Injuries and the coming of war restricted his international appearances and, because he played much of his best rugby for Cambridge University and occasionally London Welsh, many of his outstanding performances took place out of the sight of Welsh selectors.

Born in the Swansea Valley at Pontardawe in 1891, “Bryn” was not unknown, however, in Wales.  Even at fourteen, he was already making headlines.  He “played brilliantly” with the ball in hand when Wales defeated the English Schools at Leicester in 1905.

After captaining Swansea Grammar School, Bryn played for Pontardawe before going up to Trinity Hall Cambridge in 1909.  There he won the first of his three Blues on the wing in December 1909.  Unfortunately, Oxford were much stronger during this period and Bryn was on the losing side on each occasion.  Although in 1910, his inspirational play almost gave Cambridge an unexpected victory.  Just after half time, Bryn scored his second try to put his side into an 18-13 lead.  However, he was then controversially tackled and badly injured while in touch.  He took no further part in the game.  Most observers agreed that the loss of Bryn, who was playing splendidly, was the turning point of the match.  Reduced to fourteen, Cambridge struggled to defend against the Oxford attack and the peerless Ronnie Poulton struck twice, his second try sealing a 23-18 last minute victory.

Even though Oxford comfortably won the 1911 Varsity match by 19 points, Bryn was singled out for praise by the press for his “brilliant form”.  He “alone grasped what was wanted in attack”.  He made some good runs, cross kicked cleverly but “was handicapped by the poor play of his fellow backs”.  In fact, Bryn had been demonstrating his blistering pace for Cambridge all season and he was now seriously being talked about as a future international.  Had he been playing regularly for Swansea, one Welsh journalist believed, he would certainly have been capped earlier; but he was forced to wait until the final international of 1911-12 before being given his chance against Ireland in Belfast.

However, Wales selected a very inexperienced side which played poorly, particularly in the backs, who squandered many scoring opportunities.  Bryn had a disappointing game.  He seemed to be over anxious and he failed to produce anything like his Cambridge form.  The 12-5 defeat was the first time in thirteen years that Wales lost two Championship matches in a season: selectors, press and Welsh public were not too pleased.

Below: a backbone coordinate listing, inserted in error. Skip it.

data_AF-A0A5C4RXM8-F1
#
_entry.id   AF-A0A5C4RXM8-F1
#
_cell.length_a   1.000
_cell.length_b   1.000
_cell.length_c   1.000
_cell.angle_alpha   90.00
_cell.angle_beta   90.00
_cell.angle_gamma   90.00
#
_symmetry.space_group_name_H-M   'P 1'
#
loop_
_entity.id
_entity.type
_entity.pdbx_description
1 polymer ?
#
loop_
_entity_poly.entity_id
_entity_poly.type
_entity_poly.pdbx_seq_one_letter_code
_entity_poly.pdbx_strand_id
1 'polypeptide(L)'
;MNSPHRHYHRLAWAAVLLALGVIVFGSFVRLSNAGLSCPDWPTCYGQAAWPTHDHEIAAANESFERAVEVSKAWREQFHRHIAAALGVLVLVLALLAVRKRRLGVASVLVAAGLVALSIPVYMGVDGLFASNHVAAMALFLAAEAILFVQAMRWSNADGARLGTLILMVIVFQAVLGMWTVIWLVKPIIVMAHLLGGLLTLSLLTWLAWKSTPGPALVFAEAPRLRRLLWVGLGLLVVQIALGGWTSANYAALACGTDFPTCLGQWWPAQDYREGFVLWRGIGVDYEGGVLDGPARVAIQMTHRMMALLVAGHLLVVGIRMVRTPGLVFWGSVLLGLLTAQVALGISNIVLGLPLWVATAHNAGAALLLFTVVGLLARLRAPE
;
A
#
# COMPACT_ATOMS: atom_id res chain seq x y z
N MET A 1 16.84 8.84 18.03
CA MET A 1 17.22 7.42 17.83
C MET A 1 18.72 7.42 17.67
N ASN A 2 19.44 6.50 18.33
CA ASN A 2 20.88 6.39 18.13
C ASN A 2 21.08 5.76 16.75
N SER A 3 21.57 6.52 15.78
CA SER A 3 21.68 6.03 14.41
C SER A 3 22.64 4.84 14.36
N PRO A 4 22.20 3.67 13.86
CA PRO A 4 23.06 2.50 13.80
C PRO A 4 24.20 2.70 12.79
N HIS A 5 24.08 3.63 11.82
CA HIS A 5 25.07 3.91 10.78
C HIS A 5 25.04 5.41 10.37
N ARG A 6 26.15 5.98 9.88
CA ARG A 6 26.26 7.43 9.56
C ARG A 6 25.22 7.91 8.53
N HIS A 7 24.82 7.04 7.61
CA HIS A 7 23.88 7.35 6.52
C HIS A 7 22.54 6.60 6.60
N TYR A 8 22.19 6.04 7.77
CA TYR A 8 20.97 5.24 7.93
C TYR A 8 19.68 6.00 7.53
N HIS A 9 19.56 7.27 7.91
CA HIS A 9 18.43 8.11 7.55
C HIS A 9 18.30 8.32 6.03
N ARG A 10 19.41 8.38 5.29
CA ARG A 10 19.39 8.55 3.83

Bryn returned to Cambridge for a fourth year, but a late injury cost him a fourth Blue in 1912, when ironically Cambridge won for the first time in seven years.  Previously, Bryn had turned out for Swansea during his vacations, but for the rest of 1912-13, he was now able to play regularly in Wales for the All Whites.  This was a good time to be a member of the Swansea team, which went on to win the Welsh Club Championship that season.  Such was the quality of his performances for the club that the selectors could not continue to overlook him and he was again picked for the final game of the season against Ireland.  This time there was to be a complete turnaround in his fortunes.  Playing with much greater self-assurance, he had a magnificent game.  In a tense match, Wales just managed to hang on to win by 16-13.  Bryn had a big hand in the victory, running with great confidence, defending courageously and contributing two of the three Welsh tries, one from half-way. He was the best three-quarter on the field.

Further honours followed over Easter 1913 when Bryn became the first Swansea player to represent the Barbarians.  However, persistent injuries affected his play for much of the crucial part of 1913-14 and these ruled him out of consideration for further caps that season.  He did eventually recover his old form but events unfolding in Europe would deny Bryn any chance of playing for Wales again.